15. Step 5 - Drawing the Bow 45

16. Step 6 Full Draw, Anchor and String Alignment 46

17. Step 7 Holding and Aiming 53

18. Step 8 Releasing 55

19. Step 9 Follow Through 58

20. Step 10 Relaxing and Recovery 59

21. Archers Attitude 60

22. Instructing Archers with a Disability 61

23. Stringing a Recurve Bow 66

24. Removing Arrows 69

25. Bow Sights 70

26. Target Faces and Scoring 72

27. Introduction to Archery Equipment 74

28. Equipment Set Up and Maintenance 82

29. Planning a Beginners Course 107

30. Example Course and Lesson Plan 108

31. Exercises 112

32. Making Your Own Equipment 116

33. Archery Language 119

Appendix 1 Sample Scorecard

Section 1
1.1 What is Archery Australia Inc?

Archery Australia Inc is the national governing body for Archery in Australia, catering for all
archery disciplines and equipment styles. Archery Australia Inc offers various coaching and
development programs, which are generally delivered by Regional Governing Bodies and clubs.

These programs provide a pathway for archers to develop their skills and knowledge and advance
through the sport from basic beginner, through club, state and national levels, and advancing
ultimately to high performance international level, competing in events at the World
Championships and Olympic Games.

At the same time Archery Australia Inc also offers a pathway for instructors and coaches, starting
with Archery Instructor, Club Coach, Regional Coach and ultimately to High Performance Coach.

1.2 About this Manual?

This manual is intended as a reference guide for instructors of Come N Try and Advanced
Come N Try instruction courses and fits within the framework of the Archery Australia Inc
National Coaching Program.

It is to be used as the test book for Archery Instructor courses.

1.3 What is Archery Come N Try?

This is the first of the Archery Australia programs and is divided into two distinct programs

Come N Try and Advanced Come N Try

1.4 Come N Try

It has been identified that Archery Australia requires a basic entry-level program where the
general public can try archery at a low cost with a low level of commitment.

Historically, the long-established Archery Australia coaching program involves people committing
to a minimum of 10 to 12 hours over a number of weeks in a formal, structured course. This
program does not currently suit many people who simply want to try archery on an impulse
without any long-term commitment. The Come N Try program is intended to provide basic
archery instruction in a safe, social and fun environment.

The Come N Try program is also structured for non Archery Australia organisations or groups,
which provide social activities to the general public such as schools, recreation camps, resorts, or
any organisation that provides archery instruction.

Many clubs see the advantage of starting people with a basic Come N Try course and if the
student is interested in continuing, then moving onto the next level which is the Advanced Come
N Try.

Come N Try sessions should be a minimum of one hour and a maximum of three hours.

Each Come N Try session should include


Basic shooting technique

Introduction to equipment

Scoring and social activities

1.5 Advanced Come N Try program

The next step to the basic Come N Try is the Advanced Come N Try program.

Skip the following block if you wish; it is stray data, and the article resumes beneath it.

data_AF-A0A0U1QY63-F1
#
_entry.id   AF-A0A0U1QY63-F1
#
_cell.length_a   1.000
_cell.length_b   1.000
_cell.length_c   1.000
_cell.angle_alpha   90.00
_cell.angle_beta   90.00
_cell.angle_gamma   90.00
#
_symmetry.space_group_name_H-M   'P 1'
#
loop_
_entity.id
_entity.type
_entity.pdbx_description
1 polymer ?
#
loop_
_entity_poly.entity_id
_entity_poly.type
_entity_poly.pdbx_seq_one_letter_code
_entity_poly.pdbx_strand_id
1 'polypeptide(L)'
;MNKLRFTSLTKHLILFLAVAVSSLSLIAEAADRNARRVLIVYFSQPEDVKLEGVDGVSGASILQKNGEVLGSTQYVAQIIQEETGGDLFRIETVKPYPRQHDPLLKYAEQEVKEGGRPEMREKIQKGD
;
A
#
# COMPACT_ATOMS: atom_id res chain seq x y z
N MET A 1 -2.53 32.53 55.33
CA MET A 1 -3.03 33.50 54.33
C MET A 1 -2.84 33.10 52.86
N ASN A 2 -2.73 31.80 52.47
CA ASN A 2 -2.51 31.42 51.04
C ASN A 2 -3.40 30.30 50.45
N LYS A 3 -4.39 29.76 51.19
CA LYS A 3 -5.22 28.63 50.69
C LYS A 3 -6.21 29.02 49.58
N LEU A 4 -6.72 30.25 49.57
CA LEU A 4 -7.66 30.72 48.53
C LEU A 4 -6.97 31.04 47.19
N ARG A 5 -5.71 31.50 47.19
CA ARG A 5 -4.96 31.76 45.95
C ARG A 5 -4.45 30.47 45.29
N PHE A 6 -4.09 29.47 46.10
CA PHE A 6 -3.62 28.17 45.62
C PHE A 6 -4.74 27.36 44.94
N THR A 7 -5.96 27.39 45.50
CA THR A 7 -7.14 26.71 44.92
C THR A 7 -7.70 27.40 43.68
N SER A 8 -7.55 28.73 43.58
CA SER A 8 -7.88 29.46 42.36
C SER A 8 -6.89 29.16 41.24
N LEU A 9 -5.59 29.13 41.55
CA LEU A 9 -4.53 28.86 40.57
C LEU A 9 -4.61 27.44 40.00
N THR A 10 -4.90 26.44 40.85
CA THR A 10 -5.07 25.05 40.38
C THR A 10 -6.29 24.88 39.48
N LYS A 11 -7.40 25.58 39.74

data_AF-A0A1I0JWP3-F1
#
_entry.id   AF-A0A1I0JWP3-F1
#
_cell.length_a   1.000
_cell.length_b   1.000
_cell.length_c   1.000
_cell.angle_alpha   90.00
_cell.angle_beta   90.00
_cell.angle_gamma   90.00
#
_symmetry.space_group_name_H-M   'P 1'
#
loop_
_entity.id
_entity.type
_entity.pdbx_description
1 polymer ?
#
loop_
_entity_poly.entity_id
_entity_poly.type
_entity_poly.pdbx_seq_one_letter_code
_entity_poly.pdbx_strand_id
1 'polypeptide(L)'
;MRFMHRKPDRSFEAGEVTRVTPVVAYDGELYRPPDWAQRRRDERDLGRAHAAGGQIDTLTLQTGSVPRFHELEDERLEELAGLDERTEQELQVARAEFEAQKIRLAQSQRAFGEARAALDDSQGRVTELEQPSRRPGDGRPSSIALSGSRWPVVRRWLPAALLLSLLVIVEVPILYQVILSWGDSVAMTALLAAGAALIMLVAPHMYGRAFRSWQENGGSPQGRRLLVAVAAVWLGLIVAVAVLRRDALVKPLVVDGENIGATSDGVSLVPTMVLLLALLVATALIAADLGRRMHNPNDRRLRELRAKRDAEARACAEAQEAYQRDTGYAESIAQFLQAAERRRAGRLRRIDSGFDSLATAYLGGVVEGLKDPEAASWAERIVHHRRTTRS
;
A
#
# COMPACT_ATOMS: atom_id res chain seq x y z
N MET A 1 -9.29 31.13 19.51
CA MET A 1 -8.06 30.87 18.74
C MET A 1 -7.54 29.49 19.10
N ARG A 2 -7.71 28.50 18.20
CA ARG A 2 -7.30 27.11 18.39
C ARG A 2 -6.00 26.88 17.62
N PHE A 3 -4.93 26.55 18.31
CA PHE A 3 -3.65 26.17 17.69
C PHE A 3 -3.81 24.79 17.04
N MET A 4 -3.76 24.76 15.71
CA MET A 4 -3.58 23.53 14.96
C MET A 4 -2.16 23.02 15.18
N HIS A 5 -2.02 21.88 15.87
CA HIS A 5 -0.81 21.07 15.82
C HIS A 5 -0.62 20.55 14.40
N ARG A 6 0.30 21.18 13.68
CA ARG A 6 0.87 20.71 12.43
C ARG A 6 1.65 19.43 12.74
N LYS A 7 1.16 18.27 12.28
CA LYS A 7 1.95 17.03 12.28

The Advanced Come N Try constitutes a number of sessions. The program should not go any
longer than 6 sessions, most clubs prefer only 3 to 4 sessions.

The Advanced Come N Try program is intended for use by Archery Australia clubs and not
other organisations or groups which provide basic archery activities to the general public such as
schools, recreation camps, resorts or any organisation that provides one off archery instruction.

Advanced Come N Try sessions should include

1) Safety
2) Developing basic shooting technique
3) Refinement of basic shooting technique
4) Introduction to archery and club activities
5) Equipment use and set up
6) Scoring and archery rounds

Each Advanced Come N Try session should be a minimum of one hour and a maximum of
three hours.

1.6. What is an Archery Instructor Course?

The Archery Instructor Course is the first of the four coach/instructor levels provided by Archery
Australia Inc. To cater for people both within archery and outside of archery there are 2 elements
of the Archery Instructor program -

Community Archery Instructor - provides training and accreditation to non-members of

Archery Australia Inc who carry out basic archery instruction recreational camps, resorts. These
courses comprise three components

1) Sports General component, conducted by the respective Department of Sport and

Recreation in each state, or equivalent qualification.
2) Sport Specific component, conducted by the RGB or accredited coaches.
3) Written and Practical assessments.

Archery Instructor is an accredited course provided to registered members of Archery Australia,

providing instructors with the skills and knowledge to conduct basic archery courses. The course
comprises three components -

1) Sports General component, which is part of the Sport Specific course.

2) Sport Specific component, conducted by the RGB or accredited coaches.
3) Written and Practical assessments.

RGBs act as agents for Archery Australia and usually conduct Archery Instructor courses although
clubs which have suitably qualified coaches may also conduct these courses. Archery Australia
Inc may from time to time also conduct such courses to meet industry demands. Each course
must be registered with Archery Australia Inc not less than 21 days prior to the course.

1.7 Accreditation

Each person undertaking an Archery Instructor course will be assessed on a written examination
conducted as part of the course and on practical assessment carried out outside of the course.
Upon successfully completing all the required components of the course, the instructor will be
registered with Archery Australia Inc as an accredited Archery Instructor.

1.8 Course Duration

The sport specific Archery Instructor course will be conducted over a minimum of 12 hours, ideally
conducted over two consecutive days.